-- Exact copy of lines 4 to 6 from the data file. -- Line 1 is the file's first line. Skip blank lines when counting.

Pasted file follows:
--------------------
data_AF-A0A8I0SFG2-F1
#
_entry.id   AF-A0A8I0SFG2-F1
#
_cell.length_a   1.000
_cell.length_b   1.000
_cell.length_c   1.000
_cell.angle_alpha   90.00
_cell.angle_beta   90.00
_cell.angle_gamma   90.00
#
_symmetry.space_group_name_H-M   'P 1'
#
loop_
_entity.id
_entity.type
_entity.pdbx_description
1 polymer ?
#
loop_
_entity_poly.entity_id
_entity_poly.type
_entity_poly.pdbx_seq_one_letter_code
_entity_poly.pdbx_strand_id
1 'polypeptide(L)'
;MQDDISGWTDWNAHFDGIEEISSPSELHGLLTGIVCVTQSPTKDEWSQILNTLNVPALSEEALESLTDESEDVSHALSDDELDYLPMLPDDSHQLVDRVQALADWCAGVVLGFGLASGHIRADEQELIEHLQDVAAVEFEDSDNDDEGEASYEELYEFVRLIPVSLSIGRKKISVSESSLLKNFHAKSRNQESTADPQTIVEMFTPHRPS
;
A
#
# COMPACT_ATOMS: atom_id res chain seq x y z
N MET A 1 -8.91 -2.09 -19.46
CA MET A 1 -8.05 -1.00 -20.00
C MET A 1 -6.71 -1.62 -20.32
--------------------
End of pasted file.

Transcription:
#
_cell.length_a   1.000
_cell.length_b   1.000